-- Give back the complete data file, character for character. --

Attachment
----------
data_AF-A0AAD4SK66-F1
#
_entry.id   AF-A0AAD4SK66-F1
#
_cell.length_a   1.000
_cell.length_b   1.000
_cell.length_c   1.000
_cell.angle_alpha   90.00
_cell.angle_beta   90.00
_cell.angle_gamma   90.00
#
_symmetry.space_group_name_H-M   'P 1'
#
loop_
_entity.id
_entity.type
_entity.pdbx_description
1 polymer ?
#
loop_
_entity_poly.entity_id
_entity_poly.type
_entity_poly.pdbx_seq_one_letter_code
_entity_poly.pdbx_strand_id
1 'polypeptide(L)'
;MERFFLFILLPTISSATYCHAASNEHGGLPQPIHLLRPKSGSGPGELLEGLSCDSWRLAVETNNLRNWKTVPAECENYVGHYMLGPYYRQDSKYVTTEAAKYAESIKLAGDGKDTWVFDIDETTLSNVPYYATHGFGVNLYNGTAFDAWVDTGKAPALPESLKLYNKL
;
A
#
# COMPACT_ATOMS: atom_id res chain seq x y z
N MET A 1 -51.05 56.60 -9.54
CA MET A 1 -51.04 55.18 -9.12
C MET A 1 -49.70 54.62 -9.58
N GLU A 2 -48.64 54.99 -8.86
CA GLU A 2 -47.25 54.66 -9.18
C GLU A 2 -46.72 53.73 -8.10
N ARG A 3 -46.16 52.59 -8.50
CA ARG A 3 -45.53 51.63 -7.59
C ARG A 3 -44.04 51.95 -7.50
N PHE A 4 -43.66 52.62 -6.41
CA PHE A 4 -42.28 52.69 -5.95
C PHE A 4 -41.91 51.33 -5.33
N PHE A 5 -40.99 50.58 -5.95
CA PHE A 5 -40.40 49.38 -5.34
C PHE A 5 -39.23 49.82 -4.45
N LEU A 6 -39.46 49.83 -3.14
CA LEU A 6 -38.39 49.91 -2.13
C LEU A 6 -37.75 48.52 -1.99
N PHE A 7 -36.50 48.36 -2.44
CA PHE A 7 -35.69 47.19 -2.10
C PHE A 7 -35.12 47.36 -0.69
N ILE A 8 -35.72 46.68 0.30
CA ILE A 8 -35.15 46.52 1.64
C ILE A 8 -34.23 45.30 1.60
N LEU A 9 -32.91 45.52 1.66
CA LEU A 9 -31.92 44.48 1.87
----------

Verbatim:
data_AF-A0AAD4SK66-F1
#
_entry.id   AF-A0AAD4SK66-F1
#
_cell.length_a   1.000
_cell.length_b   1.000
_cell.length_c   1.000
_cell.angle_alpha   90.00
_cell.angle_beta   90.00
_cell.angle_gamma   90.00
#
_symmetry.space_group_name_H-M   'P 1'
#
loop_
_entity.id
_entity.type
_entity.pdbx_description
1 polymer ?
#
loop_
_entity_poly.entity_id
_entity_poly.type
_entity_poly.pdbx_seq_one_letter_code
_entity_poly.pdbx_strand_id
1 'polypeptide(L)'
;MERFFLFILLPTISSATYCHAASNEHGGLPQPIHLLRPKSGSGPGELLEGLSCDSWRLAVETNNLRNWKTVPAECENYVGHYMLGPYYRQDSKYVTTEAAKYAESIKLAGDGKDTWVFDIDETTLSNVPYYATHGFGVNLYNGTAFDAWVDTGKAPALPESLKLYNKL
;
A
#
# COMPACT_ATOMS: atom_id res chain seq x y z
N MET A 1 -51.05 56.60 -9.54
CA MET A 1 -51.04 55.18 -9.12
C MET A 1 -49.70 54.62 -9.58
N GLU A 2 -48.64 54.99 -8.86
CA GLU A 2 -47.25 54.66 -9.18
C GLU A 2 -46.72 53.73 -8.10
N ARG A 3 -46.16 52.59 -8.50
CA ARG A 3 -45.53 51.63 -7.59
C ARG A 3 -44.04 51.95 -7.50
N PHE A 4 -43.66 52.62 -6.41
CA PHE A 4 -42.28 52.69 -5.95
C PHE A 4 -41.91 51.33 -5.33
N PHE A 5 -40.99 50.58 -5.95
CA PHE A 5 -40.40 49.38 -5.34
C PHE A 5 -39.23 49.82 -4.45
N LEU A 6 -39.46 49.83 -3.14
CA LEU A 6 -38.39 49.91 -2.13
C LEU A 6 -37.75 48.52 -1.99
N PHE A 7 -36.50 48.36 -2.44
CA PHE A 7 -35.69 47.19 -2.10
C PHE A 7 -35.12 47.36 -0.69
N ILE A 8 -35.72 46.68 0.30
CA ILE A 8 -35.15 46.52 1.64
C ILE A 8 -34.23 45.30 1.60
N LEU A 9 -32.91 45.52 1.66
CA LEU A 9 -31.92 44.48 1.87